Talking to Tony Wearne from Shane's Seafood at Carey Bay in the lead-up to Christmas has become an annual tradition of sorts.
He has his finger firmly on the pulse when it comes to the seafood industry, and he's keen to share what's new and exciting and now available in store.
"I have a soft spot for the New Caledonian paradise prawns because they were the first prawns that we offered for Christmas the year I first started here at Shane's, 22 years ago," Wearne tells Food & Wine.
"As the young apprentice I was not aware of the circumstances as to why we were using an imported prawn, but I assume there was a problem with securing local prawn supply.
"I have fond memories of boss/owner Shane Snedden taking me down to the lake in the days leading up to Christmas to cook, cool and package a few tonne of paradise prawns for the local Christmas trade.
"Nowadays though, paradise prawns have become a premium product sought after by sushi and sashimi venues to be eaten raw, popular due to their super-sweet flavour and attractive bright blue colour when uncooked."
He's also excited about the cuttlefish meat from Shark Bay in Western Australia.
"I just love cuttlefish, and find it sweeter and more delicious than any squid or calamari. And the work of cleaning it has already been done," he says.
"It was my favourite dish and I used to eat it every week when I lived in Sydney, cooked by the late Jeremy Strode at his Potts Point venue The Fish Shop. It's best enjoyed with a Hunter Valley semillon."
WHAT TO BUY
"Summer is all about cold seafood platters and sashimi, and our sales reflect this," Wearne says.
"Cooked prawns, oysters, sashimi salmon, kingfish and yellowfin tuna are by far our biggest sellers in the warmer months.
"Who wants to be stuck in a hot kitchen, cooking, when you can enjoy such beautiful seafood with an absolute minimum of preparation? It allows us more time to enjoy each other's company, which is what the festive season is all about."
The best seafood species to eat in December and January, Wearne says, are local crustaceans.
"King prawns from Yamba, Balmain bugs from Coffs Harbour, eastern rock lobsters from Nelson Bay, blue swimmer crabs from Wallis Lakes are all in plentiful supply and in brilliant condition.
"Pipis from Ballina have been consistent and in great condition this summer too.
"As far as fish go, there has been an excellent run of bonito right down the mid-north coast of NSW that will continue through the summer months. This is a hugely underrated fish, and my favourite fish to eat raw for sashimi."
And the best seafood species if you're planning a summer barbecue?
"You can't go wrong with a swordfish steak or a large whole king prawn on the barbecue," Wearne says.
"Marinate the king prawns in your choice of marinade beforehand and get all that sticky, juicy goodness all over your hands and face when you peel and eat them.
"Or, if you really want to impress your guests, get a whole large fish cleaned and cook it whole on the bone, either wrapped in foil or out to get a bit of char on it.
"Reef fish like coral trout or red emperor are amazing when wrapped in foil, sweet and juicy, or a farmed Murray cod with its delicious layer of fat beneath the skin is awesome to do on the char grill. There's nothing better than picking all that sweet juicy meet from between the bones."
He describes this season's oyster supply as "solid" and says he relies on "a couple of really good suppliers" to source the best of the bunch on his behalf each week.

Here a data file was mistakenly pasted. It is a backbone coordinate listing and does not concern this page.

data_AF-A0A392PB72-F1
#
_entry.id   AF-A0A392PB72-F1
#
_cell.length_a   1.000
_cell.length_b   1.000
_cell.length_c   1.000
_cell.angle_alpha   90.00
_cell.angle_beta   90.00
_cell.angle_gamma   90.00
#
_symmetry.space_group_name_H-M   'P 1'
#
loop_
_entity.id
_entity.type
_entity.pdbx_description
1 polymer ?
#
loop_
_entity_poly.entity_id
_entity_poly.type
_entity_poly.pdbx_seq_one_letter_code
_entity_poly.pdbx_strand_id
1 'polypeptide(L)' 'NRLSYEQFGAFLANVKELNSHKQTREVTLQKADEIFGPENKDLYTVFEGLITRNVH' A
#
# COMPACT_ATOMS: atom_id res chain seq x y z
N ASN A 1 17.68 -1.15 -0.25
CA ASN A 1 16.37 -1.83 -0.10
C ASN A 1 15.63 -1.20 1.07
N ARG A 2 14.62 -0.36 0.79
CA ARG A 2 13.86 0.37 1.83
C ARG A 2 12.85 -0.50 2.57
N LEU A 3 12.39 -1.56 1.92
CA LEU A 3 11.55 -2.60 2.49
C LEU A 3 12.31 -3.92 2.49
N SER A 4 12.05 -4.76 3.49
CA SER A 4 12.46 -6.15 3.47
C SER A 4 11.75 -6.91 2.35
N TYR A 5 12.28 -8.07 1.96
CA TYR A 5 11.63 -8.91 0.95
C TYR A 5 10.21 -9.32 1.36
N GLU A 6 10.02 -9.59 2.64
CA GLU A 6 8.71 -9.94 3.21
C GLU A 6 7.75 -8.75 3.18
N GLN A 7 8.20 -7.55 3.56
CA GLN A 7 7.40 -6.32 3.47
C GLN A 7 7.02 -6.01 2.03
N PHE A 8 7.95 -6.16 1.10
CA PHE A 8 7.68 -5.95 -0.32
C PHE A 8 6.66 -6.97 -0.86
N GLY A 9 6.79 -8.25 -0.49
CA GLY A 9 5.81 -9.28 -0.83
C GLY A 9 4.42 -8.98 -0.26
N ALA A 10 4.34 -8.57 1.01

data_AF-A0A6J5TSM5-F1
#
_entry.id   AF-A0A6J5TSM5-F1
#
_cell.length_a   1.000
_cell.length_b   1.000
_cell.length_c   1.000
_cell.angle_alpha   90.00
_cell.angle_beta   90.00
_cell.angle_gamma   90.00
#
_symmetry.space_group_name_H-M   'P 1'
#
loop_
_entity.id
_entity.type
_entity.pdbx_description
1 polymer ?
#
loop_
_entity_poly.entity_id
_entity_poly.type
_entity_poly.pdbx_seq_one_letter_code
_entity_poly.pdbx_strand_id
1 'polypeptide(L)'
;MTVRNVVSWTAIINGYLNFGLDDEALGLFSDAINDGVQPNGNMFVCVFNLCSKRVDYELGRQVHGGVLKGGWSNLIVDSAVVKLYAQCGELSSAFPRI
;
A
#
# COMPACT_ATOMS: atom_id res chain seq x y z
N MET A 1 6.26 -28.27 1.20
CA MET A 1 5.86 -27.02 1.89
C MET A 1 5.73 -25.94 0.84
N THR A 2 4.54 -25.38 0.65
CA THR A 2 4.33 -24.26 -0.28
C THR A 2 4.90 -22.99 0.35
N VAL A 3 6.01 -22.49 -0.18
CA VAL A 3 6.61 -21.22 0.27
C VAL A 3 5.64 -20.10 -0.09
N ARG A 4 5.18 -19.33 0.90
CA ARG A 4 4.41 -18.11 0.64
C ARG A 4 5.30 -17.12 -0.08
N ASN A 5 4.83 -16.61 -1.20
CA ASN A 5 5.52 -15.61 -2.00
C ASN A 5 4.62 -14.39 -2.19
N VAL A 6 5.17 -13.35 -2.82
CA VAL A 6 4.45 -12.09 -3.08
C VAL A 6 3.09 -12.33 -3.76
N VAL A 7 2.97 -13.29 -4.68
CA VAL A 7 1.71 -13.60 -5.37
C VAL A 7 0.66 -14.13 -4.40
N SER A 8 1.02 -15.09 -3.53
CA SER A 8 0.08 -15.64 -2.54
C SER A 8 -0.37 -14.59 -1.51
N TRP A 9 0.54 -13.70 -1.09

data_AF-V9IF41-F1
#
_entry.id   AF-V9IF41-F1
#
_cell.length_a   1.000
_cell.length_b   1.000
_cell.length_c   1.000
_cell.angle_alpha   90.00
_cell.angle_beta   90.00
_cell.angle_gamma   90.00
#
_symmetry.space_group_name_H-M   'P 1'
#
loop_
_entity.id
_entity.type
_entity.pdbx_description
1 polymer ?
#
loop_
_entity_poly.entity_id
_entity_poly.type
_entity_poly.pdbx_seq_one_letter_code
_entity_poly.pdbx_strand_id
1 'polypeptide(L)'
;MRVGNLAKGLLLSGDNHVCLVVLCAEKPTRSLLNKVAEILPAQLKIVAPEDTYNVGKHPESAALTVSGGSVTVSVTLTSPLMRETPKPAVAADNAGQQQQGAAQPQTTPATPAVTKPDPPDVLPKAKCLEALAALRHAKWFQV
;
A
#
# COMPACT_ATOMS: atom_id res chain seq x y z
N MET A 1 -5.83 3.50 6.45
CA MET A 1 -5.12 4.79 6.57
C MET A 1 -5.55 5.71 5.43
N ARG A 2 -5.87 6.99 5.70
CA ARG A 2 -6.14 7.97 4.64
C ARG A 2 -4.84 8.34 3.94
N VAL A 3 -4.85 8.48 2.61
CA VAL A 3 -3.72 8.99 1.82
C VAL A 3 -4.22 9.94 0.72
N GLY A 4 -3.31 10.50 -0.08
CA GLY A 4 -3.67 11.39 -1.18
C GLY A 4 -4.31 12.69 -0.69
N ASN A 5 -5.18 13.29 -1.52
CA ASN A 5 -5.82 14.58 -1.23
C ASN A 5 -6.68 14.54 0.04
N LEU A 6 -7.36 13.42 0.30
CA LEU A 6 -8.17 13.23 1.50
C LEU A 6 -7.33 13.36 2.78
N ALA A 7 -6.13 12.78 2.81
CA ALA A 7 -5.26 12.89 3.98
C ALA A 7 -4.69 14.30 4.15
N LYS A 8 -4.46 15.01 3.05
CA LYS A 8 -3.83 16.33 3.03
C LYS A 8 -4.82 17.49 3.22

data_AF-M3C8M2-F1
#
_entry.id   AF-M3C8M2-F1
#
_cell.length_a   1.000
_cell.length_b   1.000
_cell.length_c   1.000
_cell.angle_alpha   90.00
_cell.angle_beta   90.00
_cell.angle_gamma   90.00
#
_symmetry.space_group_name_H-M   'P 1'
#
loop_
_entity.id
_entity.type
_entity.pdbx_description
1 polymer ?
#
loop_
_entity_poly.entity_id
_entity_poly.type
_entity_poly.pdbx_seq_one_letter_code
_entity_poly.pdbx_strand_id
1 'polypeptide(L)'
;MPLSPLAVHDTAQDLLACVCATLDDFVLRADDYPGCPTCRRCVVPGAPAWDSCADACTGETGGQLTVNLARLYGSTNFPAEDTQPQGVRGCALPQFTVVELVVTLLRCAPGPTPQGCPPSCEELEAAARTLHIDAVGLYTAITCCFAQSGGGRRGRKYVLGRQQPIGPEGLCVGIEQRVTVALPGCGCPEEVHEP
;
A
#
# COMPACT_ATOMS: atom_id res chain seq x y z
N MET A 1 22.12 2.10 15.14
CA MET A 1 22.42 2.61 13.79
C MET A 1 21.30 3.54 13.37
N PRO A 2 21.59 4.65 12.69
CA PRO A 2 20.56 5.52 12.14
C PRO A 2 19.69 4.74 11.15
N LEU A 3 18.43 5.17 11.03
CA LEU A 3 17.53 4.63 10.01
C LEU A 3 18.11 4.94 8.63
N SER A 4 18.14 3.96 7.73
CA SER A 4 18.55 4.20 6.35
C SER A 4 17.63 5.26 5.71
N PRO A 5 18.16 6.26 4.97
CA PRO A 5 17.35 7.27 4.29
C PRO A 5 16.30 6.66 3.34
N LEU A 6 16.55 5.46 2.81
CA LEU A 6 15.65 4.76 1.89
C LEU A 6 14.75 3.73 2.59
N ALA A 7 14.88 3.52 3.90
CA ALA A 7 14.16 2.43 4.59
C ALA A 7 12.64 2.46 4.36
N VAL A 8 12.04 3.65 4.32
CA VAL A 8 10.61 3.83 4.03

"Fingers crossed this good run of quality oysters will continue through to Christmas, but you can never guarantee," Wearne says.
"This week we've had a great selection of Sydney rocks, some from the south coast, estuaries like Merimbula and Wagonga, with a mineral zing and creamy finish, and some from Cromarty Bay in Soldiers Point, with rich vegetal notes. It's good fun to try both side by side and note the difference in flavour from different growing regions."
OCTOPUS IN DEMAND
Flotilla head chef Jake Deluca's barbecued Abrolhos octopus (from Shane's Seafood) with smoked bone marrow, potato foam, gremolata and crispy eschalots won the popular vote at this year's Hunter Culinary Association Food Fight. Is octopus becoming more popular?
"Yes, and especially so in the culinary scene. I'm no great cook, but from what I understand, its all about low and slow to begin with to tenderise it, then a secondary cook to get the charcoal flavour and finish on it," he says.
"I believe Jake's amazing dish was something like a 10 to 12-hour process, which is exactly why I don't cook it at home, but will almost always order it when I see it on a good restaurant menu."
WHERE IT'S FROM
Another trend that's likely here to stay is greater interest in the provenance of the seafood (where it's from) and if it has been sustainably farmed or sourced.
"The average consumer wants to be more educated about how their choices might impact the environment, or their health, or the world in general. And I love when people ask, I love sharing the knowledge," he says.
"The seafood industry is really interesting. It's dynamic. Fishing and aquaculture is impacted by so many variables that are out of our control; from weather, moon cycles and currents, to economic and political factors. I see genuine interest in our customers when I share the backstory of a particular product."
Shane's Seafood, 8/17 Laycock Street, Carey Bay, is open Tuesday to Friday, 11am to 5pm, and Saturday, 9am to 3pm. You can also order online at shanesseafood.com.au.
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